Alexander Votes for Balanced Budget

Says budget approved by House and Senate Republicans is a “long-overdue starting point” to help bring $18 trillion federal debt under control

Posted on May 5, 2015

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“Passing a budget is a good first step, but we still have more work to do. The federal debt is not the result of overspending on the military, highways or cancer research. We must continue to fund these priorities and pass a plan like the Fiscal Sustainability Act Sen. Corker and I introduced last Congress to slow the growth of entitlement spending by nearly $1 trillion over 10 years.”- Lamar Alexander 

WASHINGTON, May 5, 2015 – U.S. Senator Lamar Alexander (R-Tenn.) today made the following statement after voting for the 2016 fiscal year budget:

“Today, I voted for the budget because it is a long-overdue starting point to help bring the federal government’s $18 trillion debt under control. This budget balances in nine years without raising taxes and proposes to take some initial steps to slow the growth of out-of-control mandatory entitlement spending.”

Alexander continued, “Passing a budget is a good first step, but we still have more work to do. The federal debt is not the result of overspending on the military, highways or cancer research. We must continue to fund these priorities and pass a plan like the Fiscal Sustainability Act Sen. Corker and I introduced last Congress to slow the growth of entitlement spending by nearly $1 trillion over 10 years.”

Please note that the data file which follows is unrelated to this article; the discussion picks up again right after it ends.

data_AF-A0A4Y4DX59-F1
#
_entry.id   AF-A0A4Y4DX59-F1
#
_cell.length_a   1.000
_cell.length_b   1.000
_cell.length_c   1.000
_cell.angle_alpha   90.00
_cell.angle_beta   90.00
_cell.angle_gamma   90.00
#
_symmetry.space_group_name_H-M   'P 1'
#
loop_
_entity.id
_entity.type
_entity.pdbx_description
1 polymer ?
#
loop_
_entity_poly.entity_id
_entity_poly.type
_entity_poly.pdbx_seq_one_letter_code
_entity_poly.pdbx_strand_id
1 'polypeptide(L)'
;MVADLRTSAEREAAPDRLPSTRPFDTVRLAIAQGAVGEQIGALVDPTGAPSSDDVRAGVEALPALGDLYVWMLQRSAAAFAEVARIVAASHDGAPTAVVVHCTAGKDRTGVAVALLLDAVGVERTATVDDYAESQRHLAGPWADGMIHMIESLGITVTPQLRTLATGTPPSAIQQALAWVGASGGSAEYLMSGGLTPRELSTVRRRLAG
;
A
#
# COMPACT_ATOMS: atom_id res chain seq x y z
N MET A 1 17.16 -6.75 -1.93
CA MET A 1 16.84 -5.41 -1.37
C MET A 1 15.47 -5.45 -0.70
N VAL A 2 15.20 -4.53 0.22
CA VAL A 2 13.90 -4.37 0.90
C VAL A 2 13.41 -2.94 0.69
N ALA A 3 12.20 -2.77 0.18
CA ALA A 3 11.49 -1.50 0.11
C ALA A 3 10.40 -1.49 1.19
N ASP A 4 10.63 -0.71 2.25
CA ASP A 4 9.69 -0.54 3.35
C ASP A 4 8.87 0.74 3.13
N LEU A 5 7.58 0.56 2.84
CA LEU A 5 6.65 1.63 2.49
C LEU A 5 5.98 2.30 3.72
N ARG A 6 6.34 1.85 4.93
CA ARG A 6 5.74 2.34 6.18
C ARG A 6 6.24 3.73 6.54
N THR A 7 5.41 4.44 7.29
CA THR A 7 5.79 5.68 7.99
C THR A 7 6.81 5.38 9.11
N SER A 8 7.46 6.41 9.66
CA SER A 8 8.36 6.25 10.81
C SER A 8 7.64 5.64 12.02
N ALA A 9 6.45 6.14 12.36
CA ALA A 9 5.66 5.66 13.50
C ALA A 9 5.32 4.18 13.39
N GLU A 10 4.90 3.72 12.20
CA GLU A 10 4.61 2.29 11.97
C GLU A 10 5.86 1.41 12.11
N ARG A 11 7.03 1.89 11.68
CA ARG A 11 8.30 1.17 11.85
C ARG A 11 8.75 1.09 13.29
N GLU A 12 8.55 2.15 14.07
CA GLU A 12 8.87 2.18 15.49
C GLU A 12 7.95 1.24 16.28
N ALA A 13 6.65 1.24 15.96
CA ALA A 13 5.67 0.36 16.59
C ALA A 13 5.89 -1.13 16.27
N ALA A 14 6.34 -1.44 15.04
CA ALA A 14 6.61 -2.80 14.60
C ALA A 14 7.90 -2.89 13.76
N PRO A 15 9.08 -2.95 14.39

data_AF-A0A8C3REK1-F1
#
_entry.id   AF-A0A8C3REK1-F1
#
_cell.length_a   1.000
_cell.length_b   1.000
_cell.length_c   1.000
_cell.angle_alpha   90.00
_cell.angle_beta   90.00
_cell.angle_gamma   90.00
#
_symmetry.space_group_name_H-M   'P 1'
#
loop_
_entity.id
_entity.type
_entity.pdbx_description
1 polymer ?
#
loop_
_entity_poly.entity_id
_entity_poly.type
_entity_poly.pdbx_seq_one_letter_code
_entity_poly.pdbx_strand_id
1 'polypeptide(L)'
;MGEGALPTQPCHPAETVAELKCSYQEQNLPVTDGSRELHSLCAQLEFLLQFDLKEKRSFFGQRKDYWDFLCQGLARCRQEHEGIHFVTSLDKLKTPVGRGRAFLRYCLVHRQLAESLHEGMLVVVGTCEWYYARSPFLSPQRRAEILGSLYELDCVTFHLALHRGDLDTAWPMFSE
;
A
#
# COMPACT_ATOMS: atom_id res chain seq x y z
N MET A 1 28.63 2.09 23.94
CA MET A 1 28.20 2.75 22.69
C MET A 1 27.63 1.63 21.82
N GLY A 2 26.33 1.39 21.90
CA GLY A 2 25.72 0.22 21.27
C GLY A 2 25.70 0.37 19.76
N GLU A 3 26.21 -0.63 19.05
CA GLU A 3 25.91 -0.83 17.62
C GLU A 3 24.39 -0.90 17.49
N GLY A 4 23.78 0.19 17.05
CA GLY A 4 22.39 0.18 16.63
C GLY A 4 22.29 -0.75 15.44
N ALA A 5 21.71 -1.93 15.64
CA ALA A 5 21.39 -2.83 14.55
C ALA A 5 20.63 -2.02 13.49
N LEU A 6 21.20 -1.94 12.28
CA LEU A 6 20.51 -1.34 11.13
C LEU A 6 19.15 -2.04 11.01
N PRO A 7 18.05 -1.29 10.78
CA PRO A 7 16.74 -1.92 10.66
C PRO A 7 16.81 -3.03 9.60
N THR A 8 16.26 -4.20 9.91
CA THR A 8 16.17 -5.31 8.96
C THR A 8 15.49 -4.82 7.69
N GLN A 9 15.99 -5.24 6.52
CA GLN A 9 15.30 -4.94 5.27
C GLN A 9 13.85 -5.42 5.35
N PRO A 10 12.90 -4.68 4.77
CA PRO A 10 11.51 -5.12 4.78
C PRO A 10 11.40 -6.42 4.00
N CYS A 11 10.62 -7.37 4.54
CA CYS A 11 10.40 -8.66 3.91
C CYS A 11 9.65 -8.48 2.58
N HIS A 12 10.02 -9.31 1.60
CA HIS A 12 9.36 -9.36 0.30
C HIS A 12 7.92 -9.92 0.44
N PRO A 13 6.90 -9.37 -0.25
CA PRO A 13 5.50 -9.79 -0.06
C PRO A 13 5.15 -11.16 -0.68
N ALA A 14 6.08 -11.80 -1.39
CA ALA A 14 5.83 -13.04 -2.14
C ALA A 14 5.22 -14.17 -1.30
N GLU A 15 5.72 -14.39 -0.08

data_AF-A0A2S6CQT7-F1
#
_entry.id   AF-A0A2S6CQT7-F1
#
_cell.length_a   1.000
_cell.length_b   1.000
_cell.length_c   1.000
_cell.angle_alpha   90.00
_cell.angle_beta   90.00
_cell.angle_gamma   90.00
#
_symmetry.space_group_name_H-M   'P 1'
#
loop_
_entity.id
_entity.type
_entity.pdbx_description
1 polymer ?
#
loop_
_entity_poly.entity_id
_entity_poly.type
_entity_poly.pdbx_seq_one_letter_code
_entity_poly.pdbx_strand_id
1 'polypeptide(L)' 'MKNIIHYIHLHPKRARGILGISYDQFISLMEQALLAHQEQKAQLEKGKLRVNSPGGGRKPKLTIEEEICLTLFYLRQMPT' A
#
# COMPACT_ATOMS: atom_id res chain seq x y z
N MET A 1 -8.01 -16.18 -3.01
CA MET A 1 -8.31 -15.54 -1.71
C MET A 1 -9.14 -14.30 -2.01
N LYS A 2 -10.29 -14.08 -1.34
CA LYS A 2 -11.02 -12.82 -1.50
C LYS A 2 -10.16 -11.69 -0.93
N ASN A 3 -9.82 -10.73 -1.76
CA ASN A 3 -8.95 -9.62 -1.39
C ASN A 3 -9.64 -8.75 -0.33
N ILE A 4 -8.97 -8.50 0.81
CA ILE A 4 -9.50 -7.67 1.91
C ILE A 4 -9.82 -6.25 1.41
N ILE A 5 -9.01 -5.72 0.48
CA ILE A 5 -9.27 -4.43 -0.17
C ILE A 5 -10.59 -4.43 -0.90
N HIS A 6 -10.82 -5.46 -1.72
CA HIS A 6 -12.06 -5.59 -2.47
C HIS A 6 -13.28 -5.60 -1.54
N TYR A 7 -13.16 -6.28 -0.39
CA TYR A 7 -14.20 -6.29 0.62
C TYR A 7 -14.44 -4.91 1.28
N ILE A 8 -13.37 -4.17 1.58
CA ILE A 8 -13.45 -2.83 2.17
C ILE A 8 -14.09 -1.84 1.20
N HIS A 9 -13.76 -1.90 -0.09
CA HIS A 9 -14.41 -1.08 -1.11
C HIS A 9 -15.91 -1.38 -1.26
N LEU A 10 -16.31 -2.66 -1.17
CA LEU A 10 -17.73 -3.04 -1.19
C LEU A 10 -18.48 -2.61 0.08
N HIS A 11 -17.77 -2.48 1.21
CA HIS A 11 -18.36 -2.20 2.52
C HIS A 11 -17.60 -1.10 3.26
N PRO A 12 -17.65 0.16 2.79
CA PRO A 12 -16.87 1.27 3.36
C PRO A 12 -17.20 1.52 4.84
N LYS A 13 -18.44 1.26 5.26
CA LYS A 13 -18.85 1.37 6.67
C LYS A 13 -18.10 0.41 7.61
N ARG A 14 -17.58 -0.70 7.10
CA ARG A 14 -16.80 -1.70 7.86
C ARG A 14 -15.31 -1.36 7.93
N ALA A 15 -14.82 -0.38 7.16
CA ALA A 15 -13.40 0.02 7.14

Today’s vote was on a conference report that is the result of an agreement between the U.S. House of Representatives and the Senate on a budget resolution. Congress can now move forward with the so-called “reconciliation” process, which requires committees to produce legislation to reduce federal spending.

Alexander noted that mandatory spending – which includes out-of-control entitlement spending that is driving the growth in the federal debt – made up about 60 percent of overall federal spending in 2014. Discretionary spending – the part of the budget that is already subject to spending caps under the Budget Control Act – made up about 34 percent of federal spending in 2014 and funds national defense, national labs, national parks and other federal priorities.

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